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How far are we from a cashless society?


Financial services director Mary McHale takes us through how technology is changing our payment options.

Australia is rapidly moving towards a cashless, cardless society, as more digital payment applications and services are introduced and used by both consumers and businesses. With so many different ways to pay, will we even need a wallet in the future?

Recently, real-time payments and open banking have created more options when we shop, transfer money to each other and manage our accounts. Our phones also continue to hold centre stage when it comes to convenience and simple, seamless payment processes.

As both traditional and fintech companies embrace new technology, here is a look at some of the major developments that could soon influence how payments are made.

Cashless payment options

Electronic payments are already increasing at around 11% per year globally, with double-digit growth likely to continue through 2020.

This is partly fuelled by the growth in flexible payment options like SplitPay, faster payments services like OSKO by BPAY, digital wallets like Apple Pay and buy now, pay later platforms such as Afterpay. All of these services have emerged in recent years to make it easier, faster and more convenient to make purchases and to send or receive money.

While adoption varies between countries, emerging markets are catching up, with the Cap Gemini World Payments Report 2018 noting "non-cash transactions are estimated to accelerate at a compound annual growth rate (CAGR) of 12.7% globally with emerging markets growing at 21.6 per cent from 2016-2021".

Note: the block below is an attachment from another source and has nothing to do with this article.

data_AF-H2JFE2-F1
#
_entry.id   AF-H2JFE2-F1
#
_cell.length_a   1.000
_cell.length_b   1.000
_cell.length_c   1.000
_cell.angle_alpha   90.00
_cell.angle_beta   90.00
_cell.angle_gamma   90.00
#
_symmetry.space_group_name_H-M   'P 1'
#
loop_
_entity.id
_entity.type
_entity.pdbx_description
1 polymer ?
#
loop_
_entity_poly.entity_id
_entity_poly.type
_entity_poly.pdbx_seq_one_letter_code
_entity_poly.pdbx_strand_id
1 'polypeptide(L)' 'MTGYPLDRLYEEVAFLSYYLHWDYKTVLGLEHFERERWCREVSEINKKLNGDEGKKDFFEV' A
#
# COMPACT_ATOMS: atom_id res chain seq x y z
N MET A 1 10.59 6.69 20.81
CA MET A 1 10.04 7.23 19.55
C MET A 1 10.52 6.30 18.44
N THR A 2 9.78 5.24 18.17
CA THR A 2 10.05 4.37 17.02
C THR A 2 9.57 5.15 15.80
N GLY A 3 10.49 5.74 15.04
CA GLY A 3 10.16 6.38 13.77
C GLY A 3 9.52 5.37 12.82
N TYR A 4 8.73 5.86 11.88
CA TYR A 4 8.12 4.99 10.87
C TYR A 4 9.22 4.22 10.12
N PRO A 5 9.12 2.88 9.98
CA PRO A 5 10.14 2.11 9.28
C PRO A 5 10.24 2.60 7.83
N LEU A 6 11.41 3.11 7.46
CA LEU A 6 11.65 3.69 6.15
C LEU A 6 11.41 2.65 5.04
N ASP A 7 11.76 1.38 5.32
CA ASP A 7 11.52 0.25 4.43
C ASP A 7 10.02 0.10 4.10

Paying in the moment

Real-time payments, in which money is transferred between bank accounts in less than a minute, are now available in Australia via the New Payments Platform (NPP). The initial benefits include the ability to pay anyone at any time, from anywhere you want, whether it is for person-to-person (P2P) payments, funds disbursements or merchant settlements.

This is a giant step forward in removing friction and adding flexibility to payments because it means you don't have to wait for a cheque in the mail or for the bank to open on Monday morning.

Advances in technology, smart devices, booming online retail and e-commerce, and the growing number of P2P payment options available on social platforms are also contributors.

In Asia-Pacific, Alipay, WeChat Pay and a host of other providers have evolved mobile wallets into full-scale lifestyle platforms.